We have escaped the worst of the snows at Pig Row until Friday last. Making our way up the lane in the Land Rover was hair raising. It is the first year since we got the 4 x 4 that we've had to drive in snow. It may have been a mere three inches but with Little D in the back babbling and people driving down the hill in a panic skid, it makes you take your time, grip the wheel and seat a little tighter. Three inches may not be much but size does matter when you live on a hillside and the bloody stuff keeps drifting.
Come the midnight hour and the road outside our house had vanished. We watched a small fiat something, by then it was impossible to identify any cars they all looked like wombles with a bad case of dandruff, make it's way down the lane. You can see the frightened tracks it left behind as it slid down the hill; the lane by then had completely filled up and drifts were reaching a few feet. By the time we say that small car poke out by the derelict pub at the bottom the lane, all that seemed to be left of it was the headlights which promptly blinked out. We heard the driver thirty minutes later as we laid in our beds, hot water bottles aplenty (even Little D has a water bottle). As we snuggled down under our double thick duvet we heard him trudging past our house muttering every profanity he could throw at the snow. When we moved here three years ago our neighbours warned us that there was snow, and then there was the snow that fell on this hillside. Sometimes people move into the community and come the first winter they are aghast that no gritter comes, no policemen run across our lanes scooping snow in their helmets and no group of willing, and slightly deranged, volunteers head out into the dark to clear a way for them so they can get to work. The simple fact is, when it snows here, and the snow sticks, you stay home. You stock up, you hunker down, you put two duvets on your bed, buy water bottles and thermals. To give you an idea of how serious it can be, I have a pair of welly socks, thick, wonderfully warm socks that reach up to just below my chin and as Carol left to go to a birthday party tonight, she borrowed them. They're like gold dust and if I fall asleep on the couch in them I won't necessarily wake up in them.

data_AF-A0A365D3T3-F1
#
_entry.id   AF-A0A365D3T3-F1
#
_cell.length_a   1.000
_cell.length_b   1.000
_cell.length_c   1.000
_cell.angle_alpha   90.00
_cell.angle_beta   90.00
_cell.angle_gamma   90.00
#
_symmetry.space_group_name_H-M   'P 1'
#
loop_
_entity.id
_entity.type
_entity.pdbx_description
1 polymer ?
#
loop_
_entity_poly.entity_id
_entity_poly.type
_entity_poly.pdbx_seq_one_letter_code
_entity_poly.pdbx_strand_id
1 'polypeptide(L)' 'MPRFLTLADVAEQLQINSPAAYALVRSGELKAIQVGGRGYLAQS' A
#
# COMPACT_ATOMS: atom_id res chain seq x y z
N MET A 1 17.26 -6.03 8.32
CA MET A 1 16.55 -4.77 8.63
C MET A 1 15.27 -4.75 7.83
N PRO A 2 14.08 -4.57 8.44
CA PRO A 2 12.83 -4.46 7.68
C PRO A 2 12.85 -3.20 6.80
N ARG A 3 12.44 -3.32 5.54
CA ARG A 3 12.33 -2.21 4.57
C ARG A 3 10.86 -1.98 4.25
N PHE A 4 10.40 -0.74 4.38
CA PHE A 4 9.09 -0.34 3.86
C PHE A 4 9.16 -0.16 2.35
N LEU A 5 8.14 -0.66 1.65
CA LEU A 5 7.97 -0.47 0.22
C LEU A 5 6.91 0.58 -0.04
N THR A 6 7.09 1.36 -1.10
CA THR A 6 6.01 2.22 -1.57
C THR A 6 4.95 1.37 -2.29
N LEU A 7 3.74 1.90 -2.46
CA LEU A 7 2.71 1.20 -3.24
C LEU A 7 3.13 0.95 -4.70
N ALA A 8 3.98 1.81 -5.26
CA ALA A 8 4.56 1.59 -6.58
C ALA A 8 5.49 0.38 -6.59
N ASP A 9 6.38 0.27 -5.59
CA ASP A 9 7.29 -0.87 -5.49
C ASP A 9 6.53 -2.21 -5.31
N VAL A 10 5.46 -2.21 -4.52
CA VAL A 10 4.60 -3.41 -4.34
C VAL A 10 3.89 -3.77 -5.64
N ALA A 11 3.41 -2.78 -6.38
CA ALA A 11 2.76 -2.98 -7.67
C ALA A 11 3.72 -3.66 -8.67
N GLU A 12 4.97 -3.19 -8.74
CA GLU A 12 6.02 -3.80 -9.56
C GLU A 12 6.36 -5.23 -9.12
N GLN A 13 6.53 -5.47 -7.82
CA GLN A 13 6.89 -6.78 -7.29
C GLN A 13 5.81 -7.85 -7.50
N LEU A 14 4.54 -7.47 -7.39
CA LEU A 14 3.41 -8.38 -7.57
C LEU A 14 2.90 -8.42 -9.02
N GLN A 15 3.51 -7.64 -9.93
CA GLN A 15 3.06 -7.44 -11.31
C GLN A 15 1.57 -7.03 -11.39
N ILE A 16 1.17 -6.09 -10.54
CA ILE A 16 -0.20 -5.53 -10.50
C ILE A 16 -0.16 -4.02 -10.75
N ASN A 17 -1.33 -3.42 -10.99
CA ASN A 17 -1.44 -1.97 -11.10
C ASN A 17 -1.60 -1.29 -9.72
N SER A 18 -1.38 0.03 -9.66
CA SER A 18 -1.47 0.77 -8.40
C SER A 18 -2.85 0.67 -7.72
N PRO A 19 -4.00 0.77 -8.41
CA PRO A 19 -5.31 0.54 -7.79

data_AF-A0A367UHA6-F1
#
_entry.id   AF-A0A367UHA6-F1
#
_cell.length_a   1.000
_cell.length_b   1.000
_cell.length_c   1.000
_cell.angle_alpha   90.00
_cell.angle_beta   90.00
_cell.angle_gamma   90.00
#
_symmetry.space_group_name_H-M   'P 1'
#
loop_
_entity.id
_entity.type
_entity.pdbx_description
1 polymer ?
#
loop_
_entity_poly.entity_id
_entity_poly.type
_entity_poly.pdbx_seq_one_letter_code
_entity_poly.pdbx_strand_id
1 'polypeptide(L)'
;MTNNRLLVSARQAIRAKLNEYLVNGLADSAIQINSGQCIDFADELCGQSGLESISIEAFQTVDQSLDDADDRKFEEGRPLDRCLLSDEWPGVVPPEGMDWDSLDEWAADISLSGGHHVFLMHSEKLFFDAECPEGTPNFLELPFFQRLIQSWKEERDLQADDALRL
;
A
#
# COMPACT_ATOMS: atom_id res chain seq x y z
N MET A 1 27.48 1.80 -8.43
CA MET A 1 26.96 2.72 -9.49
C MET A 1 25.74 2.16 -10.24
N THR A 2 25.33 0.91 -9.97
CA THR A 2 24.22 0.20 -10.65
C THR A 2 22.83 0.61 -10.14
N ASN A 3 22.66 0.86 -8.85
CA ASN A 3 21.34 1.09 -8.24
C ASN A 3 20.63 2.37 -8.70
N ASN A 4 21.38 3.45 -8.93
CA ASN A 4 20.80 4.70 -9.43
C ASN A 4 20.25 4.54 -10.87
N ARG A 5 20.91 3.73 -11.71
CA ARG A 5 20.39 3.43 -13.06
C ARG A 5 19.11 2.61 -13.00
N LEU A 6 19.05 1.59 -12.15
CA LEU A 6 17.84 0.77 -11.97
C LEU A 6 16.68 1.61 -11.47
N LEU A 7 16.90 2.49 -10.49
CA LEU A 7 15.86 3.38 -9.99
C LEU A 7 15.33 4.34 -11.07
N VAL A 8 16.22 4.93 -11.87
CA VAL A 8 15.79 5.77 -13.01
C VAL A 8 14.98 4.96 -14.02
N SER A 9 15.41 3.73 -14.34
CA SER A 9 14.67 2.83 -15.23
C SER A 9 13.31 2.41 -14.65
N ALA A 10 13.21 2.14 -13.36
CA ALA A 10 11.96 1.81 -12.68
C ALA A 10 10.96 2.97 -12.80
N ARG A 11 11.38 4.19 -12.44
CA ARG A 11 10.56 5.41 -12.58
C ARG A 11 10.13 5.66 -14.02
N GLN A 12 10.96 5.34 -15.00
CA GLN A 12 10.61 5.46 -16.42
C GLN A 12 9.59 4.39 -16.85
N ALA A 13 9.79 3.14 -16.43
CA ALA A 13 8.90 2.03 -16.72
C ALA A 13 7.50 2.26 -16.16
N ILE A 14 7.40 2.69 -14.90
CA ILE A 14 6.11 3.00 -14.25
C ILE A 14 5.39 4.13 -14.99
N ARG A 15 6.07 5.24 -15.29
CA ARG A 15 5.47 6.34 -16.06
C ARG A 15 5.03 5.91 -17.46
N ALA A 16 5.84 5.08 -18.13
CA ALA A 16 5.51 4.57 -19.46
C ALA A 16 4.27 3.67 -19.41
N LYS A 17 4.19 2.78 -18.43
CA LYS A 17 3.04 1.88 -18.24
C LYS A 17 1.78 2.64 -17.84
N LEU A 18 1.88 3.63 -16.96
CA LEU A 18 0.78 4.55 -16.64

Most people in the media moan about the snow but today as we went out on our hillside, we met families making use of these snow days, sledges in hand, wrapped up warm, red nosed, flustered cheeked individuals who all had that gleam in their eye. The gleam that says, this is real life. Snow can be a pain, it can be dangerous, I'd never advise going out when it was snowing but after the snow has settled and the air is rarefied thing then it calls out to the child in all of us.
This is Little D's first time as a toddler in the snow. No toddler knows fear, we have had an uphill battle this winter just to get him to wear a wool hat. The mere sight of a bobble makes him go weak. He collapses on the lounge floor, sets up his own foghorn service and screams for all to hear. The loud wailing that is unremitting until we agree not to let him wear a hat, if he agrees to wear his hood, is enough to shift the snow. It seems to get our neighbour moving too. Our neighbour, farmer John Wayne, always rides in at the last moment, on a digger, a tractor, a plough, always unannounced as he saves the day and rides off again without a word. He is the silent man of the West Riding and if it wasn't for him our roads would stay snow filled for weeks. There is nothing he can't do, he helped rip our laurel hedge out with a mini digger, gave us manure aplenty when I started on the derelict garden and today he cleared a path through the snow for us all.
Little D discovered that falling on snow didn't hurt, neither did rolling around in, throwing it at me and Carol or even falling face first into it. By the end of our walk we met families who smiled at us, looking at our red noses, fluster cheeks and that gleam in our eye. The gleam we always have.
As I write this, the rains are washing it away. What a difference a day makes to families.